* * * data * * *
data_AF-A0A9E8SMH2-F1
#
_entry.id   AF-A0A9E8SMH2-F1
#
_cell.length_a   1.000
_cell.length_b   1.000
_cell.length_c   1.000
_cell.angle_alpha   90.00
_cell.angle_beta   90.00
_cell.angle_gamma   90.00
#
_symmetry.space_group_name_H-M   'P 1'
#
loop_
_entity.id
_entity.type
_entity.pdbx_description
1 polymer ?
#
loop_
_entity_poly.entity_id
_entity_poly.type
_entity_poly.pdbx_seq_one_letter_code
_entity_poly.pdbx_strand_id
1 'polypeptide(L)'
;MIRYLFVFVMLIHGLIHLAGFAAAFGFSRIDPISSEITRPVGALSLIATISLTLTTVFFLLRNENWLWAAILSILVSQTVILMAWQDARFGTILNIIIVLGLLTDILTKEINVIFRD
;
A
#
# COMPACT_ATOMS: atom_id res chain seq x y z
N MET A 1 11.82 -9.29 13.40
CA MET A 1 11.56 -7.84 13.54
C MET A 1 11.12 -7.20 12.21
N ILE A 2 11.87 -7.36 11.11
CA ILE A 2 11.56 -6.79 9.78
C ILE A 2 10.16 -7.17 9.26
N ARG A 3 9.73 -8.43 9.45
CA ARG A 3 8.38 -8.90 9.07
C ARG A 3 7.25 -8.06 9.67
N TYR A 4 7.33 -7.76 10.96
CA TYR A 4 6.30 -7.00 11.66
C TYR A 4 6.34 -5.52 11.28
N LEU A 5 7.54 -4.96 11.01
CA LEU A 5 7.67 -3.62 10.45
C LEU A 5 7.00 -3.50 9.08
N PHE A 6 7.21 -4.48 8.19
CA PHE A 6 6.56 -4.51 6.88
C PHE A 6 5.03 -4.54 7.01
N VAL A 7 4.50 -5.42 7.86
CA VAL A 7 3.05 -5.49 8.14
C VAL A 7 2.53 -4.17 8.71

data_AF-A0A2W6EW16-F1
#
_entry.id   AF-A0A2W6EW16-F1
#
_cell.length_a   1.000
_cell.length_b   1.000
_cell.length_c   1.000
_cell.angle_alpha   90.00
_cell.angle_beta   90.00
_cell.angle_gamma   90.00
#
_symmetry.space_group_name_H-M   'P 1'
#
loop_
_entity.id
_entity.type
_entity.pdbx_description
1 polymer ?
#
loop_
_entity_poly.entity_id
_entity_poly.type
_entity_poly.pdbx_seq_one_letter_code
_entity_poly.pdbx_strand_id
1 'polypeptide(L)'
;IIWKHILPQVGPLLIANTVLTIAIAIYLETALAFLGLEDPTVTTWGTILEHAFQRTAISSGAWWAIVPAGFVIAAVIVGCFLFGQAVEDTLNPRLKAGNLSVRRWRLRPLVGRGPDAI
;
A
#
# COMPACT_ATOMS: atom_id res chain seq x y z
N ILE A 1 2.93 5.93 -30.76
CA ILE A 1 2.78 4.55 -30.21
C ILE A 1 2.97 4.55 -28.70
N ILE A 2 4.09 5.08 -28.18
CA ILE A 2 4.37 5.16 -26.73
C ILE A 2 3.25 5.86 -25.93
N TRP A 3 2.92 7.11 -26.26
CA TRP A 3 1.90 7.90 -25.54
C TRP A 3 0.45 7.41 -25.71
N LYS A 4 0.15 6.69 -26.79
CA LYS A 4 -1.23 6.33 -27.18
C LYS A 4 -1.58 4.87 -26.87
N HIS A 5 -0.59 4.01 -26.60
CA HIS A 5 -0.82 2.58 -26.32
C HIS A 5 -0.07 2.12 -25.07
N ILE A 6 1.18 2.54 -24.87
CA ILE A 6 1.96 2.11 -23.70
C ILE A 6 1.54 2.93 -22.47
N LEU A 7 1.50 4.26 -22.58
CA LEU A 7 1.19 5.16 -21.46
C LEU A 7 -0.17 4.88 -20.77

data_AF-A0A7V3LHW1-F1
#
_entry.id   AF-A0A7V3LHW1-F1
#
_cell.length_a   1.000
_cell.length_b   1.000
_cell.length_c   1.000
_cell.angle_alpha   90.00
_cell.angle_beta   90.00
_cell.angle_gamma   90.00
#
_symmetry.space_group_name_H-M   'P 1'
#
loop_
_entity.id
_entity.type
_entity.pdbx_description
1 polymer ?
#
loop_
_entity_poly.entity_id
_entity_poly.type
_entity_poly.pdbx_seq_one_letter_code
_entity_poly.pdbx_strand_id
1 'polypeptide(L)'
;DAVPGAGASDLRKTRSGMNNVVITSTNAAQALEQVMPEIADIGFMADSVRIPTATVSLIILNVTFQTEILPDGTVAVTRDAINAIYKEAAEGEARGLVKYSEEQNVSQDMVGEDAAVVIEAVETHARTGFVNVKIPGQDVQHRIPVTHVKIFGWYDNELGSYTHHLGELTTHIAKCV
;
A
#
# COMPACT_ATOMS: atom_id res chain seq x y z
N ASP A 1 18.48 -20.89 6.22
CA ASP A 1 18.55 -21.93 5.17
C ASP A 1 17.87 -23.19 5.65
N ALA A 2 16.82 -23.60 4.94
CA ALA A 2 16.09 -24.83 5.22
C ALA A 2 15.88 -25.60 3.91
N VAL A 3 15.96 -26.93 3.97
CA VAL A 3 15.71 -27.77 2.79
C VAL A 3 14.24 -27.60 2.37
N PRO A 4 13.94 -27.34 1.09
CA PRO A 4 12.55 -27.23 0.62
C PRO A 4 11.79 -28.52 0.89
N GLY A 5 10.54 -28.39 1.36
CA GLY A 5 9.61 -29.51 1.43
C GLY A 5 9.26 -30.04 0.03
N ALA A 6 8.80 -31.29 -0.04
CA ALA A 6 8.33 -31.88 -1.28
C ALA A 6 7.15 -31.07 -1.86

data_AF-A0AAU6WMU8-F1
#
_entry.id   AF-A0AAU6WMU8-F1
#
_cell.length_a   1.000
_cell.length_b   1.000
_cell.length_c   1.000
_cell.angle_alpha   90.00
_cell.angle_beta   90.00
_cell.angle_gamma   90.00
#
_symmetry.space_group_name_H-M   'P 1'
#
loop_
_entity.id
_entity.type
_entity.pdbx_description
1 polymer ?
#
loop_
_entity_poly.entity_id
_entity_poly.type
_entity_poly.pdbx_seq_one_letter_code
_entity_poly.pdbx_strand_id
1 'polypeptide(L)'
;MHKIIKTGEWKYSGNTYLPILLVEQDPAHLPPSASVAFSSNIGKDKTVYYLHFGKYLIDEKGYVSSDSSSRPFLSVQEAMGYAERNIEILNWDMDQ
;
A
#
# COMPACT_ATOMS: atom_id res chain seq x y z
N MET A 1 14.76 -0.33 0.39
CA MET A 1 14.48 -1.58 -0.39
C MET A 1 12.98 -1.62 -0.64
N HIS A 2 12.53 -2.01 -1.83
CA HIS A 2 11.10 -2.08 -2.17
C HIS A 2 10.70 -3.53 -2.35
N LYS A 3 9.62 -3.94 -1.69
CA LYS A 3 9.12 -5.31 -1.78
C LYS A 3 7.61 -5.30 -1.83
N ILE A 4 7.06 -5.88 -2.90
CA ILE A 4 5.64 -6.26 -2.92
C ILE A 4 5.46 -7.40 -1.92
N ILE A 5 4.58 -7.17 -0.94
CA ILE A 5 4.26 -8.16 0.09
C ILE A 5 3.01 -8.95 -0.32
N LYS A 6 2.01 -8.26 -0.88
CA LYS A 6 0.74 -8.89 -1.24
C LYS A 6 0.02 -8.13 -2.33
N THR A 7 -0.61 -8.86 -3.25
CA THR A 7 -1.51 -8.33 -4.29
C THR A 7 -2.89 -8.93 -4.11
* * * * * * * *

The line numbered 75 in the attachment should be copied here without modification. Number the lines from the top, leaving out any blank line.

_entity_poly.pdbx_strand_id